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Bible Commentaries

Sutcliffe's Commentary on the Old and New Testaments

Hosea 8

 

 

Verses 1-14

Hosea 8:1. Set the trumpet to thy mouth. Give alarm, for the king of Assyria is coming; he is stretching his wings like an eagle to take the prey. Isaiah uses the same figure, in Isaiah 58:1.

Against the house of the Lord, the temple in Jerusalem. After Samaria shall have fallen under his power, then Judea shall fall, because she also has utterly transgressed the covenant by idols.

Hosea 8:4. They have set up kings, but not by me, This refers to the later kings of the ten tribes, for Jeroboam was promised the kingdom, if he would remain faithful to the true worship of the Lord. Jehu and others had a similar promise. The Lord being himself the great shepherd, ought to be consulted in the election of governors and princes.

Hosea 8:5. Thy calf, oh Samaria, hath cast thee off. Complaint is made in Hosea 8:3, that they had cast off the Lord. Now in times of trouble, their calf could do nothing for them. It would seem from this apostrophe, that Samaria had a golden calf at the head of her idols. See on Exodus 32:4.

Hosea 8:12. I have written to him the great things of my law. They had the five books of Moses, but counted the law a strange thing. Very great and holy prophets fought hard battles for the Lord, but the priests and the princes disregarded them. Idolatry was too much enrooted to be eradicated by the prophets; therefore the Lord cut it down with the sword.

Hosea 8:14. I will send a fire upon his cities. This was kindled by the Chaldean army, as we read in Jeremiah 52:13, and 2 Chronicles 36. These were the flames that extinguished the fire of Baal’s altars. When they forsook the Lord, they trusted their safety to fenced cities.

REFLECTIONS.

Here the man of God appears clothed with his proper character. He knew his master, he knew his mission, he knew how to magnify his ministry. The boldness of his figures, the force of his words, the terrors of his address, are worthy of Him that sent him.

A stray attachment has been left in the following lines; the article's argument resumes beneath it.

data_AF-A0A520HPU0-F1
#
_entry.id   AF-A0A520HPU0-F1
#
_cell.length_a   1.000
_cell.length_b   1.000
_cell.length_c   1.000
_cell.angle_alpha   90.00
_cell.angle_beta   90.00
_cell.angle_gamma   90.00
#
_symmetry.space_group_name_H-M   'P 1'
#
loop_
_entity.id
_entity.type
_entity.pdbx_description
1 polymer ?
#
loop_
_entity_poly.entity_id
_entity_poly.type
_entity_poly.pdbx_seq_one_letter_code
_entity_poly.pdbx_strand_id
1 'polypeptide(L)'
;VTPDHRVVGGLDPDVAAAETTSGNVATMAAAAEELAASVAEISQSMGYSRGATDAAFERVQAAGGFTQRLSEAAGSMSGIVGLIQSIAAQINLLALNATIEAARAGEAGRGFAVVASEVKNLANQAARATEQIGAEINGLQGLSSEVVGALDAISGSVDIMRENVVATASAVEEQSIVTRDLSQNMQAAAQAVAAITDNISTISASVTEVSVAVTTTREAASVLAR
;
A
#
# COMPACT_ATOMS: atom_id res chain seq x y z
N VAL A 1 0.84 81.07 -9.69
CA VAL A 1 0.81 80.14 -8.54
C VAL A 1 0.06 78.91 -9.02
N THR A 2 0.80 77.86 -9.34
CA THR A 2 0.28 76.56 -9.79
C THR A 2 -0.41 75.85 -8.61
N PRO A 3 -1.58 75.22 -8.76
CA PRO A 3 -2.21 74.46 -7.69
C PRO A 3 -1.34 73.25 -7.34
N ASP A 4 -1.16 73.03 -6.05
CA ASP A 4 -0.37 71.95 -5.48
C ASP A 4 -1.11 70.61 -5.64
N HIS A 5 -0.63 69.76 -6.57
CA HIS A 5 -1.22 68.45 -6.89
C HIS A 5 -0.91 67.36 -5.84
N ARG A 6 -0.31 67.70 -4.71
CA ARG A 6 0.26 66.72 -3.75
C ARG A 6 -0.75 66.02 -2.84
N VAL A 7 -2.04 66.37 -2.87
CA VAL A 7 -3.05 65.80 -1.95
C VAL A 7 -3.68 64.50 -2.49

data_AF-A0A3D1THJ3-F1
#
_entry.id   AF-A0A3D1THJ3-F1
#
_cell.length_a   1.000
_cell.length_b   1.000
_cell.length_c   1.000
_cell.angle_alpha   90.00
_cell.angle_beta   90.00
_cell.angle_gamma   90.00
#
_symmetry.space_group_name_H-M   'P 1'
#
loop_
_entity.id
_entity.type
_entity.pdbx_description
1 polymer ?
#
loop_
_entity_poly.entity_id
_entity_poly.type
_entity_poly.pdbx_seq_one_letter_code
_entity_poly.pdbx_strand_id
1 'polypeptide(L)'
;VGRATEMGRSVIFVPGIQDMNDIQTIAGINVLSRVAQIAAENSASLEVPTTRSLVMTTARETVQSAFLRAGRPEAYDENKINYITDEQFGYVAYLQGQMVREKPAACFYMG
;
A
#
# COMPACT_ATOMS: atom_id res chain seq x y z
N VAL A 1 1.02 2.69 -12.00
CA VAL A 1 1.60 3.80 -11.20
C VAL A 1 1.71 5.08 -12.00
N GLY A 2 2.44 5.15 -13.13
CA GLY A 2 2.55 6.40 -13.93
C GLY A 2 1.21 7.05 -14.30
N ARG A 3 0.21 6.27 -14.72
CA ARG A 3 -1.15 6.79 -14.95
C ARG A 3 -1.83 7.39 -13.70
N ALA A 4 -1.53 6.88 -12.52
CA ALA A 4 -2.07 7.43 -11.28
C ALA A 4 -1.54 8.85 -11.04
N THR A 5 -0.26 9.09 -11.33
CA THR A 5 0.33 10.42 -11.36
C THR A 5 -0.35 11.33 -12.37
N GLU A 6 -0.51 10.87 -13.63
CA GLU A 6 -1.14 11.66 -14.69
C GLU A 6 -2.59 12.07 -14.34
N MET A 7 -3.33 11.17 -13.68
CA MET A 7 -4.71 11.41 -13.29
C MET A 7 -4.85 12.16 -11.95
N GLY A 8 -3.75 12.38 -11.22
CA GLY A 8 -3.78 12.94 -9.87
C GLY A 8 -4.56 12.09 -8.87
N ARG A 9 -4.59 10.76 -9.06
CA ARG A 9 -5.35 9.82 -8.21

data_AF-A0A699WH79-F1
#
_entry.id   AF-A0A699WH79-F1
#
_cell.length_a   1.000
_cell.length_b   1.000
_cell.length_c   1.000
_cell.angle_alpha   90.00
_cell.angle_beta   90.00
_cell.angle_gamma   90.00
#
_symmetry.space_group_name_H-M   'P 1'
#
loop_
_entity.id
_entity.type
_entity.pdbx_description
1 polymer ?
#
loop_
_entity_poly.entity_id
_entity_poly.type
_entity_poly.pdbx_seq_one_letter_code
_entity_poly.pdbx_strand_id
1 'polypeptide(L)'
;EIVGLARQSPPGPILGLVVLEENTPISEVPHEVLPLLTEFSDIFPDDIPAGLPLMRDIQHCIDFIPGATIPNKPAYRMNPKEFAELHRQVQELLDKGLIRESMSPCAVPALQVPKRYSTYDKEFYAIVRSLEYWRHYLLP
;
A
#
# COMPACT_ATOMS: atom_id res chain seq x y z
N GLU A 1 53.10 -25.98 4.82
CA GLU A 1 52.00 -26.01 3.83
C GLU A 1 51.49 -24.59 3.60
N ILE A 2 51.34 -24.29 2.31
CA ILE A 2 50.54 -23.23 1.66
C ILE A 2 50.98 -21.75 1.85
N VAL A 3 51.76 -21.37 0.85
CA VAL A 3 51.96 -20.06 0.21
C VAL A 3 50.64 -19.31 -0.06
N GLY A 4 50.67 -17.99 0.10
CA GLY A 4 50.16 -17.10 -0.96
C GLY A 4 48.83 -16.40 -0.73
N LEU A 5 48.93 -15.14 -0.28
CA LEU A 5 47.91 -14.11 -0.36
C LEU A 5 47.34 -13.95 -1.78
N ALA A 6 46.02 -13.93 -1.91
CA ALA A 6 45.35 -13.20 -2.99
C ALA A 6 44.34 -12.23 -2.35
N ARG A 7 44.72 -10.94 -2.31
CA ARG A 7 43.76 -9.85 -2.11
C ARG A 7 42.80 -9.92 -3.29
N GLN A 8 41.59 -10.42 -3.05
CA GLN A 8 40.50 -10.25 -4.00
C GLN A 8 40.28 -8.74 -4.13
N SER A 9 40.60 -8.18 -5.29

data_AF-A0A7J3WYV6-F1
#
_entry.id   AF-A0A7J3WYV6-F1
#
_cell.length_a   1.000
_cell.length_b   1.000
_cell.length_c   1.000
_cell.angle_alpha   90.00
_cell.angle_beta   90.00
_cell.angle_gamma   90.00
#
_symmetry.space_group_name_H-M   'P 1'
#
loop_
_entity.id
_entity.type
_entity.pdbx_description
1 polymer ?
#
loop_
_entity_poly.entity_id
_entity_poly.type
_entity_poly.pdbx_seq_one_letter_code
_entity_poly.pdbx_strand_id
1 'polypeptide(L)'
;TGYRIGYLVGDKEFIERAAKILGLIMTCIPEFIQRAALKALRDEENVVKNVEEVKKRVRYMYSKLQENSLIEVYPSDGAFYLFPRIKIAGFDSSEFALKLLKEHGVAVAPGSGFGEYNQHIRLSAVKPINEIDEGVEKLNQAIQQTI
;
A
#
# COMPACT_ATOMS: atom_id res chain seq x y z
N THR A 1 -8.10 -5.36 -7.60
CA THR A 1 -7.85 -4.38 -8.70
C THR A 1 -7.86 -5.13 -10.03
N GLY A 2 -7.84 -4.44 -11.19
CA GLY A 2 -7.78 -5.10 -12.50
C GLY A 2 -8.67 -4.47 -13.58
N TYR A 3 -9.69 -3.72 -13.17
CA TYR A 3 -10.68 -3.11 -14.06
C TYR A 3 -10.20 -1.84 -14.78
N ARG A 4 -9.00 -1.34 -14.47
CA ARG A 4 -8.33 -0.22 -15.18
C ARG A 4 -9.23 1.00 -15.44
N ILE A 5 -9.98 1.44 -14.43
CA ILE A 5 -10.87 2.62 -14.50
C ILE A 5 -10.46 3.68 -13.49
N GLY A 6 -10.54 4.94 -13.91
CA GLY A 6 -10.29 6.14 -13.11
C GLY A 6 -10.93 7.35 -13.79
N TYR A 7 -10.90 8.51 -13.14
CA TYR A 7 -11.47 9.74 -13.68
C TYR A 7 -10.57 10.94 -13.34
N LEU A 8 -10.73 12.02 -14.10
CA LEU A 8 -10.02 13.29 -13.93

He came not to Ephraim’s feasts; he blew the trumpet of war, he spread the banners of the Lord. The priest, the prince, the calves of Dan and Bethel trembled at his voice. He impeached them in their own court, and before their idol gods. He impeached them with having elected kings, not of God’s anointing; with despising his law, with offering to Baal the victims which belonged to Jehovah: sacrilege loathsome in the eyes of heaven.

While he blew the trumpet with one hand, he pointed with the other to the golden eagle of the east, already stretching out his wings for flight, and preparing to roost in the summits of Lebanon. And what could their helpless calves do against the eagle of the forest, and the lion of the thicket?

He deplores the condition of Ephraim, drunk with wine, feasting with his calves, and dancing before the altars of Baal. He rebukes their imbecility, sending gifts and embassies to the king of Assyria, who is like a wild unsocial ass, seeking solely his own pasture. This was in effect a renunciation of the Lord, as one that could not save. Their sorrows and complaints were unavailing, like the moanings of a silly dove, begging her life in the eagle’s claws.

Oh Ephraim: alas for Ephraim! Now become like the worthless shoars of earthenware, about to be scattered back to Egypt, and to other nations; and her fractures so disjoined as never to be restored again.

Oh let not my heart be like that of Ephraim, resting for a time in carnal ease. Let me hear the trumpet, and prepare to meet my God. Let me not cast off thy law, nor slight thy ministers, nor join in the drunkard’s song. Let me learn true wisdom from Israel’s folly. Let me contemplate thy dealings with the Hebrew nation, as the grand theatre of providence, for the instruction of all future ages.

 


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Bibliography Information
Sutcliffe, Joseph. "Commentary on Hosea 8:4". Sutcliffe's Commentary on the Old and New Testaments. http://odl.studylight.org/commentaries/jsc/hosea-8.html. 1835.

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